WHO DAT MOTT. Juzar Ali. Objectives and focus. NTM / MOTT Highlights Some clinical examples MAC in non-HIV population Contemporary issues in management of MOTT / MAC -PD References and supportive data available. Exposure Human to human transmission LTBI Latent disease Paucibacillary?
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WHO DAT MOTT
Human to human transmission
No H-H transmission*
* not even seen in CF *
When the last ATS statement about NTM was prepared in 1997,
there were approximately 50 NTM species that had been identified.
Currently, more than 125 NTM species have been cataloged***
The increase relates to
**improved microbiologic techniquesand identification
New cases of NTM lung disease may significantly exceed case rates for TB
in some communities and regions
**advances in molecular techniques with the development and
acceptance of 16S rRNA gene sequencing as a standard for
defining new species.
Classification of mycobacterial species commonly causing human disease
M. abscessus : Worldwide; may be found concomitant with MAC
M. asiaticum* Rarely isolated
M. avium complex Worldwide; most common NTM pathogen in U.S.
M. celatum* Cross-reactivity with TB-DNA probe
M. kansasii : U.S., Europe, South Africa, coal-mining regions
M. chelonae Pulm Disease ??
M. fortuitum Associated with aspiration
M Szulgai and M Chelonae and Eye disease
Health Care– and Hygiene-associated Disease Prevention
Prevention of health care–related NTM infections requires that
surgical wounds, injection sites, and intravenous catheters not
be exposed to tap water or tap water–derived fluids. Endoscopes
cleaned in tap water and clinical specimens contaminated with
tap water or ice are also not acceptable.
MK / Tap Water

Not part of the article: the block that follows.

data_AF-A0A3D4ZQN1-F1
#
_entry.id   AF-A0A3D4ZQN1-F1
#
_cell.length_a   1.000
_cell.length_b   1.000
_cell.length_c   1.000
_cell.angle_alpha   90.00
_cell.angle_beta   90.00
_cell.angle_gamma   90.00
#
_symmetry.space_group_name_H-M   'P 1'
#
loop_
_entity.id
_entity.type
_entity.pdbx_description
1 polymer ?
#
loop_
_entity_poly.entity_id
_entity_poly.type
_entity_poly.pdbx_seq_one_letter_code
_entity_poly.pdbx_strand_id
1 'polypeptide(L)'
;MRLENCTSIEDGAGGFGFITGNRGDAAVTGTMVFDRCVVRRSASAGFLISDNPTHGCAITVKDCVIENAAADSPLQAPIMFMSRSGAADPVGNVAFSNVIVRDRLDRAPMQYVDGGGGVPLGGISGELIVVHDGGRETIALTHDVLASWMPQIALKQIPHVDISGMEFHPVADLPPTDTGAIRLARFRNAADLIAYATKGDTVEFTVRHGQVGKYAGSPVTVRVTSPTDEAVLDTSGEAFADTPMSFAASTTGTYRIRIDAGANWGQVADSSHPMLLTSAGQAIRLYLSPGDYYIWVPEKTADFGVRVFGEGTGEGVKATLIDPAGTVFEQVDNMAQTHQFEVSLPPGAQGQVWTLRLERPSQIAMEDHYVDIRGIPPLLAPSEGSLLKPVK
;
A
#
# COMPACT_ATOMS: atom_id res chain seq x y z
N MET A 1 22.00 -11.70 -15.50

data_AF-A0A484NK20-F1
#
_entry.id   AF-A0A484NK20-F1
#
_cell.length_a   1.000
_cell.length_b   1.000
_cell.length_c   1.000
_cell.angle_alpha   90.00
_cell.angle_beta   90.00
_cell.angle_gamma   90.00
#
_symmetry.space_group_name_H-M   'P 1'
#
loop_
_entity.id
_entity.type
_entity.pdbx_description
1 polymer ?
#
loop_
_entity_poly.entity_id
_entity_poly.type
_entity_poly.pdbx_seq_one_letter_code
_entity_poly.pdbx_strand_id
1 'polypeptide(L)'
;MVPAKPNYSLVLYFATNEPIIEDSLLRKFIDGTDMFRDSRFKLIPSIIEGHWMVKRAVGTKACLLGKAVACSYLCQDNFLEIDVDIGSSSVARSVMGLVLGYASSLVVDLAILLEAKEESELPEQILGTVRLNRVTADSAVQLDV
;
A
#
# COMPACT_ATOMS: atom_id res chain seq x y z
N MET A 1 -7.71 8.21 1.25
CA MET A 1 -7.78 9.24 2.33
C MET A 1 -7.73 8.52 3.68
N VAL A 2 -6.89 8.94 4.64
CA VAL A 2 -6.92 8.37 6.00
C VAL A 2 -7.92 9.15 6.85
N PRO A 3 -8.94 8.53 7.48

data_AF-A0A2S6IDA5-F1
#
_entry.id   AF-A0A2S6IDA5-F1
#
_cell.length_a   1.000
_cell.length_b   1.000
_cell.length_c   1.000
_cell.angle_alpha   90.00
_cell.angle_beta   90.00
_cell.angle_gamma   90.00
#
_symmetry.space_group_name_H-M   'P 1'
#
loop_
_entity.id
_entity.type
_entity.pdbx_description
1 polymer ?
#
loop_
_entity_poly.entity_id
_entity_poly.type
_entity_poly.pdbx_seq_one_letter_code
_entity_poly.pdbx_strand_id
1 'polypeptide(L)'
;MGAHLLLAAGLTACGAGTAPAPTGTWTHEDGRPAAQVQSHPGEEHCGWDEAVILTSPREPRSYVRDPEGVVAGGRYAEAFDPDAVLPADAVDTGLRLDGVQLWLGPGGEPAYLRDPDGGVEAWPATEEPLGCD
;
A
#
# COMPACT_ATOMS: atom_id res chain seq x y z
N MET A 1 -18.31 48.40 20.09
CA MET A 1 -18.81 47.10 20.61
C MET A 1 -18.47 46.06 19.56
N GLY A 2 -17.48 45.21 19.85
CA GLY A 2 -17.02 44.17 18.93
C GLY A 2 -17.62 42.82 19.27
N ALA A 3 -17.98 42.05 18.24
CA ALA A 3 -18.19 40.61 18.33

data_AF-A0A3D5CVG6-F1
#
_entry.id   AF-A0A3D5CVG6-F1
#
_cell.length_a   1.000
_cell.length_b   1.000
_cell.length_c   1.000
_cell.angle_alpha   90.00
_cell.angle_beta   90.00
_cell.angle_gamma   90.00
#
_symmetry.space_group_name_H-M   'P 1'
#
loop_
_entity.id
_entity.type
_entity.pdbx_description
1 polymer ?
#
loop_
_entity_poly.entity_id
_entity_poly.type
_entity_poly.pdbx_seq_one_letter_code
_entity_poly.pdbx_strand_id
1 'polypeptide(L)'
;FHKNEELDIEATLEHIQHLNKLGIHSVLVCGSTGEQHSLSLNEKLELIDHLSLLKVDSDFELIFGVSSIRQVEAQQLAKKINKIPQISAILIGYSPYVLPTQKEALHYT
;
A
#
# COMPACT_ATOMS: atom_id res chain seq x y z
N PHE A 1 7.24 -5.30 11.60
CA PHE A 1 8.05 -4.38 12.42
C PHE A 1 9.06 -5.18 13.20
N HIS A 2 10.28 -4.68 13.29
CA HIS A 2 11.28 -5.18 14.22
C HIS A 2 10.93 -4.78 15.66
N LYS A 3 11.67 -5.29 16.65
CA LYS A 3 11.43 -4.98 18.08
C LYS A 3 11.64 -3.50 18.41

MAC / Natural Water
**Lung disease due to NTM occurs commonly in structural lung
disease, such as chronic obstructive pulmonary disease (COPD),
bronchiectasis, CF, pneumoconiosis, prior TB, pulmonary alveolar
proteinosis, and esophageal motility disorders
**Abnormal CF genotypes, CFTR Gene mutation and _1-antitrypsin (AAT) phenotypes
may predispose some patients to NTM infection
**NTM lung disease also occurs in women without clearly recognized
predisposing factors There is also an association between bronchiectasis, nodular
pulmonary NTM infections and a particular body habitus,
predominantly in postmenopausal women (e.g., pectus
excavatum, scoliosis, mitral valve prolapse)
“A mean MAC machine in the thin and lean”
**Bronchiectasis and NTM infection,
usually MAC, often coexist, making causality difficult to
determine. These patients may carry multiple MAC strains over
time, suggesting either polyclonal infection or recurrent infection
with distinct strains). It is unclear whether this problem is
due to local abnormalities (e.g., bronchiectasis) or to immune defects
Am J Respir CC M 178; 1066-1074 , 2008 NHLBI
CRITERIA FOR DX
NTM - PD Profile
Refractile Gram positive or
Gram neutral rods
AFB stains and growth on solid
and liquid media (BACTEC or MGIT/
Mycobacteria growth indicator tube)
(HPLC) Lipid chromatography on smears
and cultures within hours; some limitations
In identification of MAb & MCh
Semi-quantitative analysis of smears can be useful for diagnostic
and post Rx follow up purposes.
The burden of organisms in clinical
material is usually reflected by the number of organisms seen
on microscopic examination of stained smears.
contamination, which usually involves small numbers of organisms,
rarely results in a positive smear examination.
Previous studies have indicated that specimens with a high number of
mycobacteria isolated by culture are associated with positive
smears and, conversely, specimens with a low number of mycobacteria
isolated by culture are less likely to have positive smears
Recommendation: ……. But the most important is
Communication between the clinician and laboratories
is essential for determining the importance and extent of
the identification analysis for a clinical NTM isolate
1. As much material as possible for NTM culture should be
provided with clear instructions to the laboratory to culture
for mycobacteria (C, III).
2. All cultures for NTM should include both a rapid detection
broth (liquid) media technique and solid media cultures
3. Quantification of the number of colonies on plated culture
media should be performed to aid clinical diagnosis (C,III).
4. Supplemented culture media and special culture conditions
(lower incubation temperatures) should be used for
material cultured from skin lesions, joints, and bone (A,II
5. The time (in days) to detection of mycobacterial growth
should be stated on the laboratory report (C, III).
The M. avium complex (MAC) includes M. avium, M. intracellulare, and a group of organisms referred to as the "X strains" which do not yet have a species designation.
M. scrofulaceum was once grouped with these organisms as the "MAIS complex" (M. avium-intracellulare-scrofulaceum)